Do we think this correlation is just incidental? Being episodic in our condemnation of the anti-blasphemy acts and attacks won’t serve the purpose. If we really want to seek the solution, we need to take this intricate issue with more caution, curiosity and carefulness. Let’s try to understand one thing, in an honest way: Anti-blasphemy extremists are headed for a death row not just for themselves but also for the whole community. In India, they are hellbent to hurt the peaceful image of the whole Muslim community, which is otherwise seen as sane and non-violent. Thus, if we don’t stem the tide of theological underpinnings for anti-blasphemy violence and its roots, they will henceforth be considered as extremist as their Pakistani counterparts. Then, I regret, the difference between Indian and Pakistani Muslim community will be erased. All the praise and appreciation that Indian Muslims have drawn worldwide for their patience and stoicism with which they have faced daily provocations for years, and have thus protected their life and limb, will vanish.

This is the grim situation which requires from us to make it patently clear that any theological support for the anti-blasphemy acts is dangerous for us and our survival and reputation as the moderate Muslim community. Therefore, ulema of all hues and the theologians of both classical and modern Islamic studies must call for repealing not just the draconian blasphemy laws from the Islamic countries but also removing the anti-blasphemy content from the madrasas and the Islamic textbooks. Therefore, Indian Muslims should demand and support the enactment of a law against the anti-blasphemy acts. In fact, an Act by the Parliament should be passed to prevent this mindless violence in India and thus save the Indian Muslims from becoming as notorious as their Pakistani counterparts for terrorism and violence. Punishments to the anti-blasphemy supporters with a view to minimising their public support and influence, will augur well as measures for mitigation.

But the most gigantic and urgent task is for the Indian ulema. In Pakistan, Islamic theological bodies extend the applicability of blasphemy laws to non-Muslims living in Muslim countries. Not to speak of radical Barelvi organisation ‘Tehreek-e-Labbaik Pakistan’ (TLP) or the Deobandi ‘Tehreek-e-Taliban Pakistan’ (TTP), even the well-known Barelvi and Deobandi theologians, Muftis and Qazis (Islamic jurists) and more scandalously, even the so-called Sufi-Sunni clerics are openly or tacitly supportive. They aver that it is incumbent upon an Islamic government to execute all blasphemers, Muslims and non-Muslims alike. On the pretext of protecting the Prophet’s dignity called Tahaffuz-e-Namus-e-Risalat, the Islamic postulate of Prophetology has always been misused by the hardcore Islamists in Pakistan. But in reality, the holy Prophet (pbuh), whose sanctity the extremists claim to defend never sentenced to death the Meccan pagans, who cursed, ridiculed and plotted to kill him. Even when the pagans desecrated the Prophet’s sanctity accusing him of ‘forging’ the Qur’an, he acted upon the divine instruction indicating that only Allah can decide the punishment for even as grievous a sin as ‘fabricating’ and ‘concocting’ the Qur’an. Allah says in the Qur’an:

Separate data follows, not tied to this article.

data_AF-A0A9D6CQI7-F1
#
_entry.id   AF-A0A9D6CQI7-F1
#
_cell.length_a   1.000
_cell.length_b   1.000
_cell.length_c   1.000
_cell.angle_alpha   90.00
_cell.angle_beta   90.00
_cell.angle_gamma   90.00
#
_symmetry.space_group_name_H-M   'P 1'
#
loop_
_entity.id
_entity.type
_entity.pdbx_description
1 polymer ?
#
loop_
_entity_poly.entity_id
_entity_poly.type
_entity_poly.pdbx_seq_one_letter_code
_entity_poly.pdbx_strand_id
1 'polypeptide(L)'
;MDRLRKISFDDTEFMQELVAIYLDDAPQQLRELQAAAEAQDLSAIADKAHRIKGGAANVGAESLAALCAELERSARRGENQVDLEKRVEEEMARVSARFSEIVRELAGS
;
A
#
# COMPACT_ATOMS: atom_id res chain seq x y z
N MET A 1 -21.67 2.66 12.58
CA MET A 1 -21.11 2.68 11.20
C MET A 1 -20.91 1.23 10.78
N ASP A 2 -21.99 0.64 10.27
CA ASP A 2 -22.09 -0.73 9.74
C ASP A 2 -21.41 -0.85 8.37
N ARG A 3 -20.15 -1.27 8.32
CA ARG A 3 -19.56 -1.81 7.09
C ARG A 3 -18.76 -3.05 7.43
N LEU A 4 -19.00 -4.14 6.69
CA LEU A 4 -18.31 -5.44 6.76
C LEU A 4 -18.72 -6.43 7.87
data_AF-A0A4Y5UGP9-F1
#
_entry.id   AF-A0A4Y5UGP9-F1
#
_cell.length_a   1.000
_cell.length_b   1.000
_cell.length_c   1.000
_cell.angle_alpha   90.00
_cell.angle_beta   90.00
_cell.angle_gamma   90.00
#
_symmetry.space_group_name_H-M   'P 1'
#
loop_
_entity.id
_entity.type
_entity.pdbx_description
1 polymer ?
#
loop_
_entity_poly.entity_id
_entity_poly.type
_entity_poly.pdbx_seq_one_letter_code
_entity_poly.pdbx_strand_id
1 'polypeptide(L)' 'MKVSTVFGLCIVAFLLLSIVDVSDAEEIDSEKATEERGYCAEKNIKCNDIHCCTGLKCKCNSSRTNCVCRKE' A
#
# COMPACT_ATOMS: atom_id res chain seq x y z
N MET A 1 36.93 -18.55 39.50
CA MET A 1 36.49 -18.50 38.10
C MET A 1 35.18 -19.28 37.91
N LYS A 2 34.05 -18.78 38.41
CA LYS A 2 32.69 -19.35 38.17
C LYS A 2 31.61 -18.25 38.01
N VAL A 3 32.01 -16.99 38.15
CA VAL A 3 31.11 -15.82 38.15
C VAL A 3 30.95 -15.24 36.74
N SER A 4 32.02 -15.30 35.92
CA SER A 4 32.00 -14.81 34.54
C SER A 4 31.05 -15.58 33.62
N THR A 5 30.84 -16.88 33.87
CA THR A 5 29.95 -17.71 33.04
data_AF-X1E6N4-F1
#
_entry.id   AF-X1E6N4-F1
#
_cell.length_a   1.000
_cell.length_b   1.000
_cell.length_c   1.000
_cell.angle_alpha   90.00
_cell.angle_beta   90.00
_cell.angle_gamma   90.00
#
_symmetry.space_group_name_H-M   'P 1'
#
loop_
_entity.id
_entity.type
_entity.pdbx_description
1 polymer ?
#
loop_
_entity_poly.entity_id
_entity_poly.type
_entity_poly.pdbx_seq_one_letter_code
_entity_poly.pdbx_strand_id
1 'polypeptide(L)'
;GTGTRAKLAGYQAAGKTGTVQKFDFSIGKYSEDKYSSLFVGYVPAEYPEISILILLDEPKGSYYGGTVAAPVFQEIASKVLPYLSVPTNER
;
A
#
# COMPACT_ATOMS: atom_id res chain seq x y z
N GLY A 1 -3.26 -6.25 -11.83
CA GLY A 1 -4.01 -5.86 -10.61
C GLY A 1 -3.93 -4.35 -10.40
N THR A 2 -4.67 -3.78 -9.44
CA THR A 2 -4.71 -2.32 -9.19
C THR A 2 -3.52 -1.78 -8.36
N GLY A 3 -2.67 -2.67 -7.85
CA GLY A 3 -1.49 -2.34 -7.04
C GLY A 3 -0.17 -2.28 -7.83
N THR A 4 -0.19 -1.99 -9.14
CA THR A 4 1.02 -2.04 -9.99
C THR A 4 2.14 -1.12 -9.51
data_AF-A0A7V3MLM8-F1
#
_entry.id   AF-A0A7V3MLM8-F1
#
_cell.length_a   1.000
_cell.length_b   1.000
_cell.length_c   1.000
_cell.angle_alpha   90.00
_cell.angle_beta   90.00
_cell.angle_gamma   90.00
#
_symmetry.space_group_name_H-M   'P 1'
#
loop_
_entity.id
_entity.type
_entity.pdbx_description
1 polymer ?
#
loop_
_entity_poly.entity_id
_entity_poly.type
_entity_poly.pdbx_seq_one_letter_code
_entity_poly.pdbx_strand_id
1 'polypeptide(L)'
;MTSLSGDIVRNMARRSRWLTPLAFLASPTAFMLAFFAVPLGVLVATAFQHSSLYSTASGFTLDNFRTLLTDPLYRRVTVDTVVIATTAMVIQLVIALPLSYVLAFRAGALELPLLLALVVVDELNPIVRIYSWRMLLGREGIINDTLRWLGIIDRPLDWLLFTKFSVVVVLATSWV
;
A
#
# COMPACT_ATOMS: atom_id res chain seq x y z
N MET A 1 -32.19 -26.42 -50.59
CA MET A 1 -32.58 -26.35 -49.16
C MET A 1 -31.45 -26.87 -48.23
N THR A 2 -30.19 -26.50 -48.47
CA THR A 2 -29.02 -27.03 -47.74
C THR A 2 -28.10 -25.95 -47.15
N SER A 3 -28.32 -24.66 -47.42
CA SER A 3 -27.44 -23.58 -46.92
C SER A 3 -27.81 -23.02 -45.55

“Do they claim that the Messenger himself has fabricated it? (If so), tell them: “If I have fabricated it, then you have no power to protect me from Allah’s chastisement. He knows well the idle talk in which you indulge. He suffices as a witness between me and you. (46:8)

Deplorably for the Indian Muslim community, our Ulema and Madrasas never quote the above verse from the Qur’an in their Khutbas (sermons) and provocative public speeches in which they embolden their audience to take revenge on the issue of blasphemy. As the most responsible community leaders, their job was to dissuade Muslims from this dastardly, inhuman, un-Islamic, anti-Islamic, anti-Muslim act. But in place of the Qur’an, what they preach on the issues of blasphemy are dangerous texts (Matan) and their commentaries (Sharah) which they themselves have studied in their respective madrasas, either Barelvi, Deobandi or Ahl-e-Hadith. Motivated by a distorted and twisted sectarian Islamic theology, they call for beheading blasphemers, apostates, and even Muslims who deviate even slightly from the views of the founder of their sect (Maslak).


A Regular Columnist with, Ghulam Rasool Dehlvi is an Indo-Islamic scholar and English-Arabic-Urdu writer. He has graduated from a leading Sufi Islamic seminary in India, and acquired Diploma in Qur’anic sciences and a Certificate in Uloom ul Hadith from Al-Azhar Institute of Islamic Studies. He has also participated in the 3-year “Madrasa Discourses” program initiated by the University of Notre Dame, USA.

Courtesy: The New Age Islam